Hygge, Yoga and Chicken Coops May Be Hip but Are Coworking Spaces Turning Corporate?

Coworking is on the rise. The number of coworking spaces globally increased 100% between 2015 and 2018. By the end of 2019, they’re slated to reach over 21,000. Belgium is no exception and it won’t surprise any Brussels flâneur to hear that more than half the country’s coworking spaces are in the capital. From former industrial units to elegant arcades and converted Brussels houses, these new shared spaces are multiplying, and evolving.

Individual workers remain the primary target for spaces looking to attract members with the promise of reliable tech infrastructure, meeting rooms, access to networking events, shared expertise, and increased productivity. But that’s not all.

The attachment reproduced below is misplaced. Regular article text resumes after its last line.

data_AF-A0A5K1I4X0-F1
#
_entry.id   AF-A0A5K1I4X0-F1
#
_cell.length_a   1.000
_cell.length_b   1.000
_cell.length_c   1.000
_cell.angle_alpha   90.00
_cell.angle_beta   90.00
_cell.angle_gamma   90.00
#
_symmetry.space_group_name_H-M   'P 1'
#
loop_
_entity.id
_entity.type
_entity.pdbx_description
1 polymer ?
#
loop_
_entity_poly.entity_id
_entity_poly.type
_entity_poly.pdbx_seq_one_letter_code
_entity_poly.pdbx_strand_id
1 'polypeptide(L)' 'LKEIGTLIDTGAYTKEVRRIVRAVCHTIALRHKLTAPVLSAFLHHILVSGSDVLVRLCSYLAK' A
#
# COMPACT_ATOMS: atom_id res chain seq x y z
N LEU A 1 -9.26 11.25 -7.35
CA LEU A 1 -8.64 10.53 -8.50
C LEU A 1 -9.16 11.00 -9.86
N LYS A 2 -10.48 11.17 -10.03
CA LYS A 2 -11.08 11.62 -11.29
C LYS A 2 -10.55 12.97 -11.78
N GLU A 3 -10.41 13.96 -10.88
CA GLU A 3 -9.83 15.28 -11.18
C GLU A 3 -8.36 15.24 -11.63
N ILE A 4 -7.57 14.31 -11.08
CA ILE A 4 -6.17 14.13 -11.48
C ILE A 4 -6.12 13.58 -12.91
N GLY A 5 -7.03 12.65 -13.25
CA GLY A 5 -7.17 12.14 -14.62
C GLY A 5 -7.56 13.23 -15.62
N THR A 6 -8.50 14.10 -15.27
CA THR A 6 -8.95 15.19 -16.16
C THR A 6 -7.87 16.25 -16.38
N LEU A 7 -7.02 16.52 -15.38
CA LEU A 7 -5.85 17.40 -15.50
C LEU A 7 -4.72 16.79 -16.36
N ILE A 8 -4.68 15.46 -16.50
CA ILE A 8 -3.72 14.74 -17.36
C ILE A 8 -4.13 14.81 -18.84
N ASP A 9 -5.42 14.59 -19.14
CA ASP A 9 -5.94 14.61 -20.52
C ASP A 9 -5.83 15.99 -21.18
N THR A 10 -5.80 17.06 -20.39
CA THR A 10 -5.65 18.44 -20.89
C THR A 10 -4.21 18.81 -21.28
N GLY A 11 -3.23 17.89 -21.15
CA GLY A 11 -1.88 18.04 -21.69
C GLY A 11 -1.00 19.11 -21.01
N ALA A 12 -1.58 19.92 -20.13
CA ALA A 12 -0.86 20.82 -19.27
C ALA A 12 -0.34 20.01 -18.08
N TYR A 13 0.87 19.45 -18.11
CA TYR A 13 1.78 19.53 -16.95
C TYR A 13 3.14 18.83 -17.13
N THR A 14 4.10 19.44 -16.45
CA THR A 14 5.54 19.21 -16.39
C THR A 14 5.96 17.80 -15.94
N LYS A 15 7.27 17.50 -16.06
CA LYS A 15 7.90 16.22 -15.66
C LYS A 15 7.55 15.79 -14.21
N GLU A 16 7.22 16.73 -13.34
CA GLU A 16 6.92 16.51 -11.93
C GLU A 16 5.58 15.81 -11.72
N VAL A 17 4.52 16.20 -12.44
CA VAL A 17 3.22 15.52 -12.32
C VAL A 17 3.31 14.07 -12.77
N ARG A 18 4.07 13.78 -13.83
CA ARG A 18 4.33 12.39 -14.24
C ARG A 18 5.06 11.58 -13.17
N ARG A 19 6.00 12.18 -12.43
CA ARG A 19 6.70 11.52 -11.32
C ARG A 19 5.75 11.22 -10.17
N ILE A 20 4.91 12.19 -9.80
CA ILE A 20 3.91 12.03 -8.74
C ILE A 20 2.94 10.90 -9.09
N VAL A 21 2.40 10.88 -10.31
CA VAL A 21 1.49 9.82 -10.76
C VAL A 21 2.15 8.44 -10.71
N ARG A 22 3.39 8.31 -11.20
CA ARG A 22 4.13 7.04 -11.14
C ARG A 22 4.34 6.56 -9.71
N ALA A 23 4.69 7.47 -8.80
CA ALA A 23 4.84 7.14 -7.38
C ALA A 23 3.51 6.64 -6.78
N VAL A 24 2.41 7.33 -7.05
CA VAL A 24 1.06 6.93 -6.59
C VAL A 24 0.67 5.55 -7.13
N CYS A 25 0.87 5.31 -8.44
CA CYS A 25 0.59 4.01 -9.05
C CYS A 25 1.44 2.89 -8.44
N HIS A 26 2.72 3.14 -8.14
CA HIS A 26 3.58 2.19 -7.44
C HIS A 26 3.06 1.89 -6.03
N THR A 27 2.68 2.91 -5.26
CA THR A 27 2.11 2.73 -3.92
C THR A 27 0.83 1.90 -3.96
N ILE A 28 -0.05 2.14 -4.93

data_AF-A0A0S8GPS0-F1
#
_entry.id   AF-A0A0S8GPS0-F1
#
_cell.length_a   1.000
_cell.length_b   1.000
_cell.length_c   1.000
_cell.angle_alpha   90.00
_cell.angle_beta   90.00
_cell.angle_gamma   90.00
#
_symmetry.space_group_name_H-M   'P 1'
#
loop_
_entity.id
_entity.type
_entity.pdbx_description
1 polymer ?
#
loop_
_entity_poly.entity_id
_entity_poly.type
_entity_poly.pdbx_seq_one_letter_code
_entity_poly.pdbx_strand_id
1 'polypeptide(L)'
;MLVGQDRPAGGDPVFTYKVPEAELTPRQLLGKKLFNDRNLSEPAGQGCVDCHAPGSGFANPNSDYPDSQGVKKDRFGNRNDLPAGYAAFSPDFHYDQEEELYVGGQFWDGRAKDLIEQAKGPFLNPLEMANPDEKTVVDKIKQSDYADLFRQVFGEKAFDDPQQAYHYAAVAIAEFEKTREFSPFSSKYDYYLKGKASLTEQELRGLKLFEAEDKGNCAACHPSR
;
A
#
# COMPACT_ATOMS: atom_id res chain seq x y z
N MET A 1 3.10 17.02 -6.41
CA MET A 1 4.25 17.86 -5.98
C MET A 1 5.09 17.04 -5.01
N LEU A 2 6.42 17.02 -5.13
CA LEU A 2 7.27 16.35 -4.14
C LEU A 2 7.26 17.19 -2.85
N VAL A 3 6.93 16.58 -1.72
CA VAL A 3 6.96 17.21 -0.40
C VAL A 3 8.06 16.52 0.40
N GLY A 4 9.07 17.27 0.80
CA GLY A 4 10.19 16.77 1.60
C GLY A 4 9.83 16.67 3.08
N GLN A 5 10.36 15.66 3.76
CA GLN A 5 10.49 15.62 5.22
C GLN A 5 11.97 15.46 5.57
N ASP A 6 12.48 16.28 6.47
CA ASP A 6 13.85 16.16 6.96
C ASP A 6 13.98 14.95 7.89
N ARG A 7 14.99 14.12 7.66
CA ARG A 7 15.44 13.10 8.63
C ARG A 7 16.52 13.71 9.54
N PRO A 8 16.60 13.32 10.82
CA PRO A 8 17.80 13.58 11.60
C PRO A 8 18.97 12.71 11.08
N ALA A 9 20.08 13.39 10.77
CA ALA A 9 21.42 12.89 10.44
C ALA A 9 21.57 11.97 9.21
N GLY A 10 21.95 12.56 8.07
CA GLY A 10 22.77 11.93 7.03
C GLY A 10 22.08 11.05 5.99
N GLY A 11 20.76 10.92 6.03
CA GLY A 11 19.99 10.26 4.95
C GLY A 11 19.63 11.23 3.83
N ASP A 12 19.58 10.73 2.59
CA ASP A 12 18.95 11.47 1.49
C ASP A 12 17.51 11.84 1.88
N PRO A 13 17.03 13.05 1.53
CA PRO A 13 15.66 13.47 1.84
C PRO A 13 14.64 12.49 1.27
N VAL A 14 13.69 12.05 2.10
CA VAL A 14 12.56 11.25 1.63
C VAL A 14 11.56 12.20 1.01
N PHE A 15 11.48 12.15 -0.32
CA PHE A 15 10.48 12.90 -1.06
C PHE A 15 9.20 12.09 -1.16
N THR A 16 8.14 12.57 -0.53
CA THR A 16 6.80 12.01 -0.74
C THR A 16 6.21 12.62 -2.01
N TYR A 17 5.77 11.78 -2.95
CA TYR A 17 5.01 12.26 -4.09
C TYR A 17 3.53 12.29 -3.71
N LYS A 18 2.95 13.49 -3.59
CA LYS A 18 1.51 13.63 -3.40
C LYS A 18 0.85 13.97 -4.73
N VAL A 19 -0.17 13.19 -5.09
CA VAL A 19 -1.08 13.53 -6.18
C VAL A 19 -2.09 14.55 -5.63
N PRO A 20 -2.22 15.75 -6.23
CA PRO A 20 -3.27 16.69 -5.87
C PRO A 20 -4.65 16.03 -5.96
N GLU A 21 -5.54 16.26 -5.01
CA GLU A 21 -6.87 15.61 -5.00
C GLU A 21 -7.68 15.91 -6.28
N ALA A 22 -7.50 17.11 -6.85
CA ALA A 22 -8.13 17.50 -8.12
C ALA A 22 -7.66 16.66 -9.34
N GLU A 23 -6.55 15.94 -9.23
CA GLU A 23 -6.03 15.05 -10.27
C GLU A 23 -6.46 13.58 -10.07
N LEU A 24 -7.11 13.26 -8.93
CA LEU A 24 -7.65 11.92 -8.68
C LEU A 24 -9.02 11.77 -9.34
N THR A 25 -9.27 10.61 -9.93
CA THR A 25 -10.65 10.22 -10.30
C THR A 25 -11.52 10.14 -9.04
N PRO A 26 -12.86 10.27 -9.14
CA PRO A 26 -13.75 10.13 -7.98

The high proportion of international diaspora in Brussels means many of the city’s workers want to build a contact book and join a community. Various workhubs clamour to meet these needs and propose distinct vibes, among which are Scandinavian design and hygge at The Library network, brunch time yoga at Les Galeries, and, at Factory Forty, even chicken coops in shared gardens.



But it is a myth that coworking spaces are full of lonely hipsters. Around 50% of members identify as employees or business owners. And why wouldn’t they too hanker after what’s on offer? Research shows that coworking respondents rate themselves as ‘six out of seven’ on a ‘thriving at work’ scale; at least one point higher than regular office workers. Factors at play include how meaningful work life is perceived to be, an alignment of identity and values, and job control.

Indeed, marketplace predictions suggest big firms are onto this. As they restructure to create crack ‘innovation teams’, we’ll see an increase in semi-corporate, semi-independent squads with more flexibility and freedom than their cooped-up counterparts, moving into coworking environments. This could mean an increase in fixed desks, pressure on meeting rooms, and just what the effect on the prevailing pranayama will be, remains to be seen.